Responsive web design (often abbreviated to RWD) is defined as an approach to web design in which a designer intends to provide an optimal viewing experience — easy reading and navigation with a minimum of resizing, panning, and scrolling — across a wide range of devices (from desktop computer monitors to mobile phones). Stated simply, a nonprofit website that is responsively designed will alter and format itself depending upon whether the visitor is viewing the website on a desktop, a tablet, or a smartphone. Why is this important? Because recent data from ComScore claims that mobile will surpass desktop in 2014, however, if smartphone and tablet sales continue on their current trajectory, that could easily happen late next year — and from my research, less than 1% of nonprofits are prepared for this fundamental shift in online communications.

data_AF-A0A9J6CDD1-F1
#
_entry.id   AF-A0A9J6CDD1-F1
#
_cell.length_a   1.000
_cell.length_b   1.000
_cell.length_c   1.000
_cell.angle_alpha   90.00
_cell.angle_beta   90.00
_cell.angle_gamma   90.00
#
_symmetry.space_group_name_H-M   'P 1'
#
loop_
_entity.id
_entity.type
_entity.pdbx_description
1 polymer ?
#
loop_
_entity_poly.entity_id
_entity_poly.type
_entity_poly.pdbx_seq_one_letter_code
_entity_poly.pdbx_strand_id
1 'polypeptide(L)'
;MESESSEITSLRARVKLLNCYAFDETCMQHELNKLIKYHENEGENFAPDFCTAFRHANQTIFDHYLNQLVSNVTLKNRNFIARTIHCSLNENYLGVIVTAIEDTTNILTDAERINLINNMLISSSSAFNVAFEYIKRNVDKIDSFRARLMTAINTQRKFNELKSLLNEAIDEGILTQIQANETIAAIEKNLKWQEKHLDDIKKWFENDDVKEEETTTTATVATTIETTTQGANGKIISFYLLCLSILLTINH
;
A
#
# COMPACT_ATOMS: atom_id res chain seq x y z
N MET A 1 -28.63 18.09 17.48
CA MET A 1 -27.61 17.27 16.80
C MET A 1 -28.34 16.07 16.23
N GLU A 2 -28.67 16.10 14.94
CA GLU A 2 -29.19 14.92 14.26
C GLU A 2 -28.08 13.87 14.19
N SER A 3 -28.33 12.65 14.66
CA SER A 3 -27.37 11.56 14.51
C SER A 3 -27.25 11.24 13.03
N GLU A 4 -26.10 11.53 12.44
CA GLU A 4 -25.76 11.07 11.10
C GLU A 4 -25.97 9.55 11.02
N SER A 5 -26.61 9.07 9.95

If you have yet to view your nonprofit’s website on a tablet or smartphone, do so as soon as possible and be prepared to be a little shocked and somewhat dismayed — and hopefully inspired to take action. Nonprofits have been woefully slow at preparing for the Mobile Web. Responsive web design is rarely discussed or implemented in the nonprofit sector. At least twice a week on social media I see a pitch posted by a nonprofit to visit their new website and the first thing I do is enter their URL into my iPhone and then on my iPad only to sadly, tragically discover that their new website is already out of date from the moment it launched.
All that said, if your nonprofit is currently in the process of redesigning your website or it’s on the list for 2013, then please prioritize making your website compatible for the Mobile Web. To get you started, you can study the exceptional examples of responsive web design pioneered by the three nonprofits listed below:
1. World Wildlife Fund :: worldwildlife.org
2. Children’s Museum of Pittsburgh :: pittsburghkids.org
3. Boot Campaign :: bootcampaign.com